Myron then began searching through the hundreds of books that occupied his bookshelf, floor and desk. “Aha, there it is.” Finding what he was looking for he removed an old-looking leather bound book from one of the shelves.
“Robert this little book is called the Tao Te Ching which was written by Taoist sage by the name of Lao Tzu in the 6th century BC and translated by a brilliant author by the name of Stephen Mitchell. Lao Tzu had never intended to document his wisdom, however, when he was making his way to the mountains to die, he was held captive at the border by the ruler of China until he wrote all of what he knew of life.” He opened the book to a marked section. “His writings contained 81 precepts. In his 2nd precept, Lao Tzu writes,” as he reads aloud:
“When people see some things as beautiful,
Myron began to move closer as he continued speaking, “The point here is that instead of arguing with reality or what is, you can utilize another Universal Law, the Law of Polarity. The Law of Polarity which is discussed by Lau Tzu states that everything in life is like a coin with two sides; a ‘good’ side and a ‘bad’ side and in many instances you don’t know which is which. It’s kind of like the story about the cat chasing a mouse through a field and the mouse runs under a cow who promptly craps on him. The cat looks around, can’t find the mouse so he gives up and goes about his business. A wolf, however, who witnessed the entire incident, strolls over to the cow pie, lifts the mouse out, brushes him off and promptly eats him. The moral of the story is that not everyone who craps on you is your enemy and not everyone who pulls you out of the crap is your friend.”He winked at me, patted me on the shoulder and said, “See you next week, Robert.”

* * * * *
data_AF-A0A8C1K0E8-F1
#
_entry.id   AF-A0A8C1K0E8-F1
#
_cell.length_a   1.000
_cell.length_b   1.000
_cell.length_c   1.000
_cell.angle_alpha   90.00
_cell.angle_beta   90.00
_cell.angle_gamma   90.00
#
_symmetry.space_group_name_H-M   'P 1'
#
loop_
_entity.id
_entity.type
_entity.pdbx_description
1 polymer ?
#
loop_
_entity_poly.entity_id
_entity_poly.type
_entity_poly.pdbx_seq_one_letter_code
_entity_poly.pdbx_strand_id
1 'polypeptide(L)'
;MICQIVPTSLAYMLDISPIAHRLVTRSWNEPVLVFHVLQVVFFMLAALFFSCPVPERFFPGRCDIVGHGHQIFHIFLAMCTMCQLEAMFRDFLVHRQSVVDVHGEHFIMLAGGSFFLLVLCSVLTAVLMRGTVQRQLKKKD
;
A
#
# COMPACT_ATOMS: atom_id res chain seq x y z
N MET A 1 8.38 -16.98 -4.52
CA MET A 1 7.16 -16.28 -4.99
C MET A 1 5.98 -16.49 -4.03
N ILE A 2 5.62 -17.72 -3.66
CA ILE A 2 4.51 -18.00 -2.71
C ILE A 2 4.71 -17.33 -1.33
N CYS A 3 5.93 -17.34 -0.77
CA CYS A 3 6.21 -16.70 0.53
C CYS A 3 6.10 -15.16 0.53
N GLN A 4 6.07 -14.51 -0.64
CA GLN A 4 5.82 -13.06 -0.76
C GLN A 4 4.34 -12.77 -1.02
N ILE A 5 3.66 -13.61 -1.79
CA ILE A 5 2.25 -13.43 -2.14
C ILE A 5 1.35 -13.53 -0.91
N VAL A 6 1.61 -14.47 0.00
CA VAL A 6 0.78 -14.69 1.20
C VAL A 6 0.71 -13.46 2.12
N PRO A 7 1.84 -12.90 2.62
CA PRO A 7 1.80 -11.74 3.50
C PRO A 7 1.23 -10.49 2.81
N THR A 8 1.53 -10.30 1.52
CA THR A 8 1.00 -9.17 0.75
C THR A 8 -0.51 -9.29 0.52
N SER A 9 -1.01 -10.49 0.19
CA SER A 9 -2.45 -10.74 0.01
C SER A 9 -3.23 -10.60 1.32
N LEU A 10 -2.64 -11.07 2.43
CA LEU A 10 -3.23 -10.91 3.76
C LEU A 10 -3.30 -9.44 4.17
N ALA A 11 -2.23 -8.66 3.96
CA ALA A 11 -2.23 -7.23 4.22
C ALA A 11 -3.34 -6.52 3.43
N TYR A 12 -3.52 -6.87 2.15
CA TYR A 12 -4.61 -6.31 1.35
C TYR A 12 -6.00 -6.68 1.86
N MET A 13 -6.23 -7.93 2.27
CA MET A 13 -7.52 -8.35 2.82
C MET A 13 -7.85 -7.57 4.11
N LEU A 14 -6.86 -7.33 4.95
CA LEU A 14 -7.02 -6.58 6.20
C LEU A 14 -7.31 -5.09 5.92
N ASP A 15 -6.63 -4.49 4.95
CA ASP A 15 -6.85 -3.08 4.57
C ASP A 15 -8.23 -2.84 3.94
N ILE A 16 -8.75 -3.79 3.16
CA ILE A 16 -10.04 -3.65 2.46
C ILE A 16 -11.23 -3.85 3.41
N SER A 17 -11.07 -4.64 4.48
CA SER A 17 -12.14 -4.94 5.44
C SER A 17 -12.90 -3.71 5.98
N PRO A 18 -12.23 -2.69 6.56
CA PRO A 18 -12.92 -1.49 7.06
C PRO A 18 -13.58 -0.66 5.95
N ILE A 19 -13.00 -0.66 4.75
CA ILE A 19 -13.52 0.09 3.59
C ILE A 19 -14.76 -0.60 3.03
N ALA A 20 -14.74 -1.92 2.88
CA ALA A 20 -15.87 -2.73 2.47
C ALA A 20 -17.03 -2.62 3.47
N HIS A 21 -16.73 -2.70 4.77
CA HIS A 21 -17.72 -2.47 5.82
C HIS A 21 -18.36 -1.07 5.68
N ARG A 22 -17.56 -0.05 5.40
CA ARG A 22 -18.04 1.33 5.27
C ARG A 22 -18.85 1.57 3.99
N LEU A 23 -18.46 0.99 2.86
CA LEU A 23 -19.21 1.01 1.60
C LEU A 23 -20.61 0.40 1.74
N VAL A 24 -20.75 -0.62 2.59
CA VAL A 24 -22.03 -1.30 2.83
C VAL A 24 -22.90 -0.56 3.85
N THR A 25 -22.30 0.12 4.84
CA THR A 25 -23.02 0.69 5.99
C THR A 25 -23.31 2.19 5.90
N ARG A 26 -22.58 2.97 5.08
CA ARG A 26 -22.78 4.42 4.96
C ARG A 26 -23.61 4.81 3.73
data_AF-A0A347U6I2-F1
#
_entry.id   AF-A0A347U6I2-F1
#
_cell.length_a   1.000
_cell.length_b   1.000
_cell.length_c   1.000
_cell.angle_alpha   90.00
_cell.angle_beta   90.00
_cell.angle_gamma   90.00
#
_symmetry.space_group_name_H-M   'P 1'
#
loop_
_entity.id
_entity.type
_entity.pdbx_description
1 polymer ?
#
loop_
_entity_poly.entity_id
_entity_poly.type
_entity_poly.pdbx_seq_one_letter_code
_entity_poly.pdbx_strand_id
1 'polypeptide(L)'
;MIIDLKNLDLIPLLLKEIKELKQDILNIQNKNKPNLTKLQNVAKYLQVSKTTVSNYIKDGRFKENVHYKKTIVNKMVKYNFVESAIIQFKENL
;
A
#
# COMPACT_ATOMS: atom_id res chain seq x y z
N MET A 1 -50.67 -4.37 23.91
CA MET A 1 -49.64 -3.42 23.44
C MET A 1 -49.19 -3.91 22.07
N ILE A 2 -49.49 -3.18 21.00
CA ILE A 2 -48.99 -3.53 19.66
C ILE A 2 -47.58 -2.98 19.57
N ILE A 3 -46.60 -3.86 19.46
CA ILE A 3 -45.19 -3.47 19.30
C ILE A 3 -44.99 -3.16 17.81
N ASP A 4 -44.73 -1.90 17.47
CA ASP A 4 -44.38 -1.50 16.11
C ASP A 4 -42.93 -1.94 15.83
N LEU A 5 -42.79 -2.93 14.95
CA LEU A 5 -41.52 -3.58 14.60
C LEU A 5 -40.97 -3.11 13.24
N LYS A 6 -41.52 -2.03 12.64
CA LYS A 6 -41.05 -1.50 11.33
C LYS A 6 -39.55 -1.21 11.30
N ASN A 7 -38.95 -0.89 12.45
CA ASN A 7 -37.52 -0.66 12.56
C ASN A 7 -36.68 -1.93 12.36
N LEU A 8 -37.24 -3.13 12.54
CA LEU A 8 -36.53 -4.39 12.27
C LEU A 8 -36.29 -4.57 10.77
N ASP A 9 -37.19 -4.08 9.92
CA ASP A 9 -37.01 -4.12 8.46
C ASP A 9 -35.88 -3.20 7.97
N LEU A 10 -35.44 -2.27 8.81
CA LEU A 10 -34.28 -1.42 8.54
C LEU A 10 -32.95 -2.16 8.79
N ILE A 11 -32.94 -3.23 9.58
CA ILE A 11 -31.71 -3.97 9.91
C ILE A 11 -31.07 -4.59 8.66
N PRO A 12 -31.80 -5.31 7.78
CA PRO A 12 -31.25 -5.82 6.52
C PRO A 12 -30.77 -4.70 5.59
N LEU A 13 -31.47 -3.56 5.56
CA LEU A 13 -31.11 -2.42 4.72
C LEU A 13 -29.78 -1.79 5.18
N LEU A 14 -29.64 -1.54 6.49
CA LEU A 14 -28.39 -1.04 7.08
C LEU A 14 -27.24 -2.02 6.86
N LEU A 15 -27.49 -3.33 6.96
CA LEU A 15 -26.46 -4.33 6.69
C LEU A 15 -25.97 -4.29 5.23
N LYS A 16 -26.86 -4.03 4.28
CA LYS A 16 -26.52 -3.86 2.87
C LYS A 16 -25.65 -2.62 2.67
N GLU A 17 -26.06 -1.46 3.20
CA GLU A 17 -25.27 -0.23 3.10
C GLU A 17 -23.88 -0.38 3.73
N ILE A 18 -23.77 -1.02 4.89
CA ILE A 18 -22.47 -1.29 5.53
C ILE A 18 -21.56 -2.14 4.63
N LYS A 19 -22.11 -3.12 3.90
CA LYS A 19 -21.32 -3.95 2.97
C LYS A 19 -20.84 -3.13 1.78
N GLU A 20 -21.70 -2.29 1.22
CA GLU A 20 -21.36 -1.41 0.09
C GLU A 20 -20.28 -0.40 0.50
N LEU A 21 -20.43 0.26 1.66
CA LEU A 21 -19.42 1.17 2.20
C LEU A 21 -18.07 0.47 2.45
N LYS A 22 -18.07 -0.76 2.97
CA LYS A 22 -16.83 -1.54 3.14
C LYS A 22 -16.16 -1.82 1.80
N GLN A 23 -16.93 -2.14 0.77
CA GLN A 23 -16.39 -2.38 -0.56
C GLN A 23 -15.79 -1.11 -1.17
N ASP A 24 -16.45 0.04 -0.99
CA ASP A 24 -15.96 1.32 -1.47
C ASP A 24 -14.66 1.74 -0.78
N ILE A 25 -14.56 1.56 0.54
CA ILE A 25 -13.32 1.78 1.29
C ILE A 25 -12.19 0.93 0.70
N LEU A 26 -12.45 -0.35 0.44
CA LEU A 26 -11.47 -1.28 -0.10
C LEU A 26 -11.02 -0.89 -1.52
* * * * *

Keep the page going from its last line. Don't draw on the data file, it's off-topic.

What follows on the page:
... to be continued
Michael Shenker, Human Performance Technologies’ founder and President, has been involved with the human potential movement for over twenty five years. He has been a business management consultant, an entrepreneur and has been involved in all phases of personal and organizational development. Michael's clientele ranges from individuals interested in personal growth to Fortune 500 companies like AT&T, Bell Labs, Intel, Planning Research Corp., Pitney Bowes and Coldwell Banker. In his career, Michael has consulted to over 150 companies on organizational development, marketing, sales and creating profitable work place environments. Michael, his wife Susan, of thirty years, son Troy and daughter Samantha reside in Portland, Oregon.
The concepts and ideas in emPOWERMENT, Creating Company Environments That ROCK, exemplify the services provided by Michael Shenker and his organization. He specializes in working with business leaders in developing company environments that dramatically increase the ROI of human capital - their employees. For a free consultation, Michael Shenker can be reached by e-mail at firstname.lastname@example.org .
Michael Shenker's Creating Company Environments That Rock! in The CEO Refresher Archives